Perhaps top Asian-American students are selecting non-Ivies in much larger numbers for whatever reason. Or is this analysis specifically saying that the Ivies are perpetuating this discrimination? (Sorry I didn't read all links.)
Even if you think that there are compelling reasons to *limit* the number of Asian-Americans at Harvard (perhaps in favor of other groups), the reality is that most people are unaware that this is going on.
As a physicist, perhaps you can explain the strange convergence of Asian percentage at about 15% at all of the Ivies, while schools with race-blind admissions like Berkeley and Caltech have seen huge increases in their percentage. If it's not active intervention, then what is it?
Also (sorry for the double post) shouldn't we be looking at acceptance figures for these schools and not enrollments?
Quotas should be evident the acceptance numbers without having to consider other factors (say, increased focus on recruitment of Asian-American students by non-Ivy schools, like southern school where Asians have long been severely under-represented).
Our kids will describe themselves however they feel best suits their own sense of self, and I don't think there's anything more to be said on the subject.
@andre: Given that there are eight Ivy League universities, the chart is already quite busy, so I don't blame Unz for choosing only one "control" school. However, I do question his choice of Caltech as the control, since they focus on science and engineering more heavily than the Ivies typically do. There would be a similar issue with comparing against MIT. Stanford might be a reasonable choice. But I think a flagship state university--Michigan, for instance--would make a better control.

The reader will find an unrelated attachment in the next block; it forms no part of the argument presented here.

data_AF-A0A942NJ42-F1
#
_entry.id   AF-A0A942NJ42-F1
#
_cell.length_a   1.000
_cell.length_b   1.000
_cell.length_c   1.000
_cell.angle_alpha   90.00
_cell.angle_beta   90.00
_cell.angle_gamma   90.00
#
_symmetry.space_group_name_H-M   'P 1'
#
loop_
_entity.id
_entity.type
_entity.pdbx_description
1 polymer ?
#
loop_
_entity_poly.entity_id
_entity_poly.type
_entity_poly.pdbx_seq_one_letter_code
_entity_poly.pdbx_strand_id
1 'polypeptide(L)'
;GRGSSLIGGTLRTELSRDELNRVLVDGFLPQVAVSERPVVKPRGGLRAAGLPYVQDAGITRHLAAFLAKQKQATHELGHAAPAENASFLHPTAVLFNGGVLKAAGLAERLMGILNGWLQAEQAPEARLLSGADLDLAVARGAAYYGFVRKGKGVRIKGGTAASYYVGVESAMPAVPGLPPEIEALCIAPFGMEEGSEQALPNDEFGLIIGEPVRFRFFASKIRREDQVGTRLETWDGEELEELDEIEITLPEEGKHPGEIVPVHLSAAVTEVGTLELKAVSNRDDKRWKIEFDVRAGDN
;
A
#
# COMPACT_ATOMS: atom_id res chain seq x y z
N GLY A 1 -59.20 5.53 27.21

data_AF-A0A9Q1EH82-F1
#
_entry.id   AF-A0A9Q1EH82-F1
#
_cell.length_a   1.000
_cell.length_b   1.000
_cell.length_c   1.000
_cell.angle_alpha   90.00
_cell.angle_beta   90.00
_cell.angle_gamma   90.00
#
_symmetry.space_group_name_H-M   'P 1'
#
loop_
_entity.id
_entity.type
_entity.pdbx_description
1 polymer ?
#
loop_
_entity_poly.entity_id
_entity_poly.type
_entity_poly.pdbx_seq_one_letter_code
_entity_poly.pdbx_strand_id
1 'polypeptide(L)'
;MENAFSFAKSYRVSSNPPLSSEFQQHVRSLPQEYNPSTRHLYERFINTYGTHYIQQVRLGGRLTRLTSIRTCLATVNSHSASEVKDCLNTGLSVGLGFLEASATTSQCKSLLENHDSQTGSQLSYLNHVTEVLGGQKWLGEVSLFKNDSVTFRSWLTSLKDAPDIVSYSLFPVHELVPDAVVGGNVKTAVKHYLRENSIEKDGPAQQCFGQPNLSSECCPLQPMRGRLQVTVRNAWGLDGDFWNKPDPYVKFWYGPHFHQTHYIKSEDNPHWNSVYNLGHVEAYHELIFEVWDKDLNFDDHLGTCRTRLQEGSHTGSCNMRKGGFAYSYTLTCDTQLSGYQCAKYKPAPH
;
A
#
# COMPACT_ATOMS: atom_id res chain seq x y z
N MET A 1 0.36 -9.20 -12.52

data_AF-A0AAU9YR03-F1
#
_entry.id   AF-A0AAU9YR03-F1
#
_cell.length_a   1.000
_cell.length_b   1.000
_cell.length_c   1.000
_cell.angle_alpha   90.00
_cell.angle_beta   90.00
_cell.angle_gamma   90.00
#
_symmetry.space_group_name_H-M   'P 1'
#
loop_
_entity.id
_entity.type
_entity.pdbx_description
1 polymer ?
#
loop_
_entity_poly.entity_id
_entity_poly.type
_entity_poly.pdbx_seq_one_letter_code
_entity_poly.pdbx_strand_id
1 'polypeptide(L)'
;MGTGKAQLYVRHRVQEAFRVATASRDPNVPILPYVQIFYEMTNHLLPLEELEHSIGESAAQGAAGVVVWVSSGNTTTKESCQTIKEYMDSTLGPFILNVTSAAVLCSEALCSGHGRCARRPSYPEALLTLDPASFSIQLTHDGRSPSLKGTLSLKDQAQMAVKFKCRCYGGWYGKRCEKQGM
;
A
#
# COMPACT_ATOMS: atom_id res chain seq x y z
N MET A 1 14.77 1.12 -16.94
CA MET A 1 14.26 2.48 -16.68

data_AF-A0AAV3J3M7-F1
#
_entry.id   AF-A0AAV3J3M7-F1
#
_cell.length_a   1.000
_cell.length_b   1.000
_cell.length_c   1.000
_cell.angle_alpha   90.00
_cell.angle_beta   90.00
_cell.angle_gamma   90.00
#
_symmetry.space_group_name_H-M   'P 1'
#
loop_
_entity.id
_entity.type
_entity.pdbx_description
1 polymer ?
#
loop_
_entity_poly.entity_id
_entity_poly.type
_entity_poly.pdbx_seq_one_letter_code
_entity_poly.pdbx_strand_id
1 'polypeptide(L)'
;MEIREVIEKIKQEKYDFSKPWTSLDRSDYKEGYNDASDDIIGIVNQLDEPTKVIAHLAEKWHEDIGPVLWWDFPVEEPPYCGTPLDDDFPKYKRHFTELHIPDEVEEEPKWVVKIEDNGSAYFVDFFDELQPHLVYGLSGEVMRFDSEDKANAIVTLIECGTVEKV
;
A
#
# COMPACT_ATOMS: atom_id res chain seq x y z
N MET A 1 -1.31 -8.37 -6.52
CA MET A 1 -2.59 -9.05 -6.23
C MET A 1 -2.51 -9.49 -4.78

The Ivies have a strong degree of overlap in their applicant pool, such that many students accepted at one of those schools will also be accepted at other Ivies. MIT and Stanford also have substantial overlap with this pool. So I think enrollments are a better choice, to avoid double-counting.
Kate said most of what needs to be said about the checking of boxes. I'll say more about that and other aspects of this whole in a post tomorrow (assuming I have time to write it).
As to what may or may not be going on with Harvard admissions, the whole admissions process is one of those sausage-making endeavours where you don't really want to know all the details of what's going on. It's probably the case that they're targeting a class that's around 15% Asian-American, but there are lots of processes that might end up giving that sort of result-- targets for geographic distribution, socioeconomic factors, legacy and athletic preferences-- without being a real quota. It's a mess.
It's probably possible to sort some of this out by digging into the numbers, and maybe Unz has. The point of this post, though, is that the slightly shady way this graphic was put together makes me much less willing to just accept his conclusions than I might otherwise have been.
> Or is this analysis specifically saying that the Ivies are perpetuating this discrimination? (Sorry I didn’t read all links.)
Andre, yes; Unz specifically discusses Caltech and MIT as meritocratic places which show increasing Asian inclusion contra the Ivies and especially Harvard.
Well, there should also be some geographic adjustment. There are six million Asians in California, 300,000 in Massachusetts, so the Harvard - CalTech comparison is particularly skewed.
As you noted, you can "prove" anything if you float the scale on the right for only one of the curves, as was done in making this graph.
For example, you could change the scale so the Asian college-age population would roughly follow the Dartmouth line (which more than doubles over that time period) and imply that the other Ivy League schools were favoring Asians in their admission policies.
"For example, you could change the scale so the Asian college-age population would roughly follow the Dartmouth line"
Because everybody knows Dartmouth is so much more important than Harvard, Yale, or Princeton.